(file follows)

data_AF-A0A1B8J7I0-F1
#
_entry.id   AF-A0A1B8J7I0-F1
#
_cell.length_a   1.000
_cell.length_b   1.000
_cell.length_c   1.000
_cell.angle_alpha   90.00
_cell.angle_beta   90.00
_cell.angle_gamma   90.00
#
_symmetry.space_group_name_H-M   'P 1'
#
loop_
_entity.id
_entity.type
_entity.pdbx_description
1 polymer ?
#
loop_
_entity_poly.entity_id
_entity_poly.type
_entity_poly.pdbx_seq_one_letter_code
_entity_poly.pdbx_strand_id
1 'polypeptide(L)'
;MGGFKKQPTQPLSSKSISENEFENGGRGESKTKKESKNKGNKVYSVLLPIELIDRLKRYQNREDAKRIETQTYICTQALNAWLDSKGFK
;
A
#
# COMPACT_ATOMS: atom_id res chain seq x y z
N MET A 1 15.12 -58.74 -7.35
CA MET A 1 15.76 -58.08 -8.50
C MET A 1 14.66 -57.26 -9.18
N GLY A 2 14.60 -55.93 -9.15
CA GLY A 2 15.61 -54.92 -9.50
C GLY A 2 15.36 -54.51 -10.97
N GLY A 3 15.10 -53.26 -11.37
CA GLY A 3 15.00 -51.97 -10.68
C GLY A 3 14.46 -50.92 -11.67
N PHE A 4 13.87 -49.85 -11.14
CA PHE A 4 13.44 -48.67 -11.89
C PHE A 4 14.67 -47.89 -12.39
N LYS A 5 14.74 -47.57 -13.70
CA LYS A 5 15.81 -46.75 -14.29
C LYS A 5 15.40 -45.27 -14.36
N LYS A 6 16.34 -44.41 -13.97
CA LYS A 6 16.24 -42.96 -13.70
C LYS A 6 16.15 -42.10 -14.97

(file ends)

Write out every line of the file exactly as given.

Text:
data_AF-A0A1B8J7I0-F1
#
_entry.id   AF-A0A1B8J7I0-F1
#
_cell.length_a   1.000
_cell.length_b   1.000
_cell.length_c   1.000
_cell.angle_alpha   90.00
_cell.angle_beta   90.00
_cell.angle_gamma   90.00
#
_symmetry.space_group_name_H-M   'P 1'
#
loop_
_entity.id
_entity.type
_entity.pdbx_description
1 polymer ?
#
loop_
_entity_poly.entity_id
_entity_poly.type
_entity_poly.pdbx_seq_one_letter_code
_entity_poly.pdbx_strand_id
1 'polypeptide(L)'
;MGGFKKQPTQPLSSKSISENEFENGGRGESKTKKESKNKGNKVYSVLLPIELIDRLKRYQNREDAKRIETQTYICTQALNAWLDSKGFK
;
A
#
# COMPACT_ATOMS: atom_id res chain seq x y z
N MET A 1 15.12 -58.74 -7.35
CA MET A 1 15.76 -58.08 -8.50
C MET A 1 14.66 -57.26 -9.18
N GLY A 2 14.60 -55.93 -9.15
CA GLY A 2 15.61 -54.92 -9.50
C GLY A 2 15.36 -54.51 -10.97
N GLY A 3 15.10 -53.26 -11.37
CA GLY A 3 15.00 -51.97 -10.68
C GLY A 3 14.46 -50.92 -11.67
N PHE A 4 13.87 -49.85 -11.14
CA PHE A 4 13.44 -48.67 -11.89
C PHE A 4 14.67 -47.89 -12.39
N LYS A 5 14.74 -47.57 -13.70
CA LYS A 5 15.81 -46.75 -14.29
C LYS A 5 15.40 -45.27 -14.36
N LYS A 6 16.34 -44.41 -13.97
CA LYS A 6 16.24 -42.96 -13.70
C LYS A 6 16.15 -42.10 -14.97